BMW 3 Series (2012 – 2019) Review

BMW 3 Series (2012 – 2019) At A Glance

Honest John Overall Rating
The BMW 3 Series does it all, reliably and efficiently, offering cut-above motoring to the everyday motorist. It still has a driver-pleasing edge, though, with superb handling and an enthusiastic nature. Some things, fortunately, never change…

+Brilliant to drive, powerful and fuel-efficient engines, good interior space and practicality.

-Interior quality lags behind Audi, early models get a basic infotainment system, folding rear seats were optional.

Insurance Groups are between 18–43
On average it achieves 74% of the official MPG figure

The BMW 3 Series is a benchmark premium executive saloon car. These days, it easily outsells more traditional family cars such as the Ford Mondeo, and sometimes even appears in the UK’s top 10 best-selling cars list. Over the years, BMW has refined the 3 Series, curing complaints about the early 1980s cars such as cramped interiors and thirsty engines. 

As with every previous model, this sixth generation of the BMW 3 Series (codenamed F30 by the company) was, at launch in 2012, the best yet. A core model in the BMW range, and one that drives a big chunk of its profitability, tireless work by the engineers created another car that was quickly considered a sector front-runner.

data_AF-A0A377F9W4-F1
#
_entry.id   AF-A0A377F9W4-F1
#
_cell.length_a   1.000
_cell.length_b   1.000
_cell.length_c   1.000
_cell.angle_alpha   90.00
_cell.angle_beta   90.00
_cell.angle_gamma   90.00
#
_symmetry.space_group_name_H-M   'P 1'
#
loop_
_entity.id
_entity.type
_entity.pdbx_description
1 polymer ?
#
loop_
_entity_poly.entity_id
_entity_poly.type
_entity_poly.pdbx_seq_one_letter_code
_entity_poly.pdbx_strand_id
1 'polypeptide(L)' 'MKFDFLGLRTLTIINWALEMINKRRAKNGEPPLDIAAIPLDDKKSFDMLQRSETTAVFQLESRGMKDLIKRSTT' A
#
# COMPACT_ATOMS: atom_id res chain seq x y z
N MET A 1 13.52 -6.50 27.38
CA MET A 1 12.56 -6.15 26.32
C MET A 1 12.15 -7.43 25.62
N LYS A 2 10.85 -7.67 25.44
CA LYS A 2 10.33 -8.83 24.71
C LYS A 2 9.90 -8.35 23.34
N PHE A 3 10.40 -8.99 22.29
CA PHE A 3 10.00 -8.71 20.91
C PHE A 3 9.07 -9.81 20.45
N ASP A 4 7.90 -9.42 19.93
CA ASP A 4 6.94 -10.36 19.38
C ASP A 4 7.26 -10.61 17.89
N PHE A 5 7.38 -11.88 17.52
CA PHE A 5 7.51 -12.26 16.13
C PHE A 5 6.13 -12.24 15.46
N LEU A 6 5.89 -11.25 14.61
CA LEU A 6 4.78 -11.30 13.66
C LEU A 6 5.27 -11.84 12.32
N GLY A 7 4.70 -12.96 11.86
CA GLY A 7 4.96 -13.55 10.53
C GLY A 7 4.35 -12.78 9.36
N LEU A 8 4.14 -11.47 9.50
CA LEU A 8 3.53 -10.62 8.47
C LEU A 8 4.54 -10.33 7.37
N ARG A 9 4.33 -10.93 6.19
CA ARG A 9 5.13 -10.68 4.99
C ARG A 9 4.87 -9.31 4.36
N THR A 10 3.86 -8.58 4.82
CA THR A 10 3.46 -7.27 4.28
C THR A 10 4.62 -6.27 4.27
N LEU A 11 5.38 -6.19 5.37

The best bit with any 3 Series is how it drives, and BMW was careful not to disappoint here. Years of experience in building sporty-feeling saloons is clear from the first turn of the wheel.

The steering is firm and direct, body control is excellent and the handling is anything but soft or soggy. The fact it is rear-driven also helps the balance and purity, marking it out from something like an Audi A4. BMW also offered grippy all-wheel-drive versions, called xDrive, for better winter-weather ability.

The previous 3 Series quite a choppy ride, and could become rather uncomfortable over rough roads in the city. This was an area BMW improved – and while you’ll never mistake it for a smoother-running Mercedes-Benz C-Class, the 3 Series unquestionably delivers the best balance of ride and handling in its class. That’s particularly true of cars fitted with the optional adaptive damping system.